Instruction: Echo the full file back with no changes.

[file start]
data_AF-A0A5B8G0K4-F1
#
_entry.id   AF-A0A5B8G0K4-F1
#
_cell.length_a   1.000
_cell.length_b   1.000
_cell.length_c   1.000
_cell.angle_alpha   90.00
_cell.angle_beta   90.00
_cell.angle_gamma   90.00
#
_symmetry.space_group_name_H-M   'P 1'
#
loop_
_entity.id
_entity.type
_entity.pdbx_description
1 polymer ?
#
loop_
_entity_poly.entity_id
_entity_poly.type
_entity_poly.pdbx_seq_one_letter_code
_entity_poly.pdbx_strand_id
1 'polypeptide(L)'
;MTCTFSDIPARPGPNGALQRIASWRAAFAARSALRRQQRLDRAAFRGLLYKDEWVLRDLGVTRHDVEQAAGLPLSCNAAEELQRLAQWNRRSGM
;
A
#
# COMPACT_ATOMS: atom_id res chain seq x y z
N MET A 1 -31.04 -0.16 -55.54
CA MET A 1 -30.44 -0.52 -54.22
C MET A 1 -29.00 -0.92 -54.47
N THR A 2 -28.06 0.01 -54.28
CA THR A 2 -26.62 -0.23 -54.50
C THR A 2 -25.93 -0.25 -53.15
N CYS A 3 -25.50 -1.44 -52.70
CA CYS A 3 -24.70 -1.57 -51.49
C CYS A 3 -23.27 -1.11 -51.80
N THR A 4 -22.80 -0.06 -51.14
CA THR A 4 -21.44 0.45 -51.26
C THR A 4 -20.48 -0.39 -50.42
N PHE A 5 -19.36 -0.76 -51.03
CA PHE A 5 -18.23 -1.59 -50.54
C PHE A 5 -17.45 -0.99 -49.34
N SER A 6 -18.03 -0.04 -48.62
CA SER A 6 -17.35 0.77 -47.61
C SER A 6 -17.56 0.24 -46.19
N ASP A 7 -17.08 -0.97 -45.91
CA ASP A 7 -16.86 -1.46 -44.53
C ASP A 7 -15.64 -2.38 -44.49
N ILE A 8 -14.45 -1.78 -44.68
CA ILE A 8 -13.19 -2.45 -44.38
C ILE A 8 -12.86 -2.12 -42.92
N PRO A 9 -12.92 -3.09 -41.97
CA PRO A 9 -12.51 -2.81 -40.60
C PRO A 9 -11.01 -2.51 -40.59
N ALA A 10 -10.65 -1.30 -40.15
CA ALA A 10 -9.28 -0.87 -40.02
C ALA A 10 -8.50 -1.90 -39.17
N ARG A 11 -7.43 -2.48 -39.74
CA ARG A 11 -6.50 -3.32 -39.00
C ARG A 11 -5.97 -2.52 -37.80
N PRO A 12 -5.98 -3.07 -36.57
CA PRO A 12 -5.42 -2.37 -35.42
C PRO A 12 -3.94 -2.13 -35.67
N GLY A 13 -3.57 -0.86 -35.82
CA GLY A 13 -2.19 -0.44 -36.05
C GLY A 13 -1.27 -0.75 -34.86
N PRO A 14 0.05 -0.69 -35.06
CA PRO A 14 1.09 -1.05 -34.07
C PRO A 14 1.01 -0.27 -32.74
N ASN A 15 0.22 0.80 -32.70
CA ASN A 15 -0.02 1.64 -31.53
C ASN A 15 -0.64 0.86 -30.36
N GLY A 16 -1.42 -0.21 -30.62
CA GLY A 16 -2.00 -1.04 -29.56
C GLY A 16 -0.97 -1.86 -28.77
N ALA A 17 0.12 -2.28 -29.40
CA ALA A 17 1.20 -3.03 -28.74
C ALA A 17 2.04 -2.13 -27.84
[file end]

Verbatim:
data_AF-A0A5B8G0K4-F1
#
_entry.id   AF-A0A5B8G0K4-F1
#
_cell.length_a   1.000
_cell.length_b   1.000
_cell.length_c   1.000
_cell.angle_alpha   90.00
_cell.angle_beta   90.00
_cell.angle_gamma   90.00
#
_symmetry.space_group_name_H-M   'P 1'
#
loop_
_entity.id
_entity.type
_entity.pdbx_description
1 polymer ?
#
loop_
_entity_poly.entity_id
_entity_poly.type
_entity_poly.pdbx_seq_one_letter_code
_entity_poly.pdbx_strand_id
1 'polypeptide(L)'
;MTCTFSDIPARPGPNGALQRIASWRAAFAARSALRRQQRLDRAAFRGLLYKDEWVLRDLGVTRHDVEQAAGLPLSCNAAEELQRLAQWNRRSGM
;
A
#
# COMPACT_ATOMS: atom_id res chain seq x y z
N MET A 1 -31.04 -0.16 -55.54
CA MET A 1 -30.44 -0.52 -54.22
C MET A 1 -29.00 -0.92 -54.47
N THR A 2 -28.06 0.01 -54.28
CA THR A 2 -26.62 -0.23 -54.50
C THR A 2 -25.93 -0.25 -53.15
N CYS A 3 -25.50 -1.44 -52.70
CA CYS A 3 -24.70 -1.57 -51.49
C CYS A 3 -23.27 -1.11 -51.80
N THR A 4 -22.80 -0.06 -51.14
CA THR A 4 -21.44 0.45 -51.26
C THR A 4 -20.48 -0.39 -50.42
N PHE A 5 -19.36 -0.76 -51.03
CA PHE A 5 -18.23 -1.59 -50.54
C PHE A 5 -17.45 -0.99 -49.34
N SER A 6 -18.03 -0.04 -48.62
CA SER A 6 -17.35 0.77 -47.61
C SER A 6 -17.56 0.24 -46.19
N ASP A 7 -17.08 -0.97 -45.91
CA ASP A 7 -16.86 -1.46 -44.53
C ASP A 7 -15.64 -2.38 -44.49
N ILE A 8 -14.45 -1.78 -44.68
CA ILE A 8 -13.19 -2.45 -44.38
C ILE A 8 -12.86 -2.12 -42.92
N PRO A 9 -12.92 -3.09 -41.97
CA PRO A 9 -12.51 -2.81 -40.60
C PRO A 9 -11.01 -2.51 -40.59
N ALA A 10 -10.65 -1.30 -40.15
CA ALA A 10 -9.28 -0.87 -40.02
C ALA A 10 -8.50 -1.90 -39.17
N ARG A 11 -7.43 -2.48 -39.74
CA ARG A 11 -6.50 -3.32 -39.00
C ARG A 11 -5.97 -2.52 -37.80
N PRO A 12 -5.98 -3.07 -36.57
CA PRO A 12 -5.42 -2.37 -35.42
C PRO A 12 -3.94 -2.13 -35.67
N GLY A 13 -3.57 -0.86 -35.82
CA GLY A 13 -2.19 -0.44 -36.05
C GLY A 13 -1.27 -0.75 -34.86
N PRO A 14 0.05 -0.69 -35.06
CA PRO A 14 1.09 -1.05 -34.07
C PRO A 14 1.01 -0.27 -32.74
N ASN A 15 0.22 0.80 -32.70
CA ASN A 15 -0.02 1.64 -31.53
C ASN A 15 -0.64 0.86 -30.36
N GLY A 16 -1.42 -0.21 -30.62
CA GLY A 16 -2.00 -1.04 -29.56
C GLY A 16 -0.97 -1.86 -28.77
N ALA A 17 0.12 -2.28 -29.40
CA ALA A 17 1.20 -3.03 -28.74
C ALA A 17 2.04 -2.13 -27.84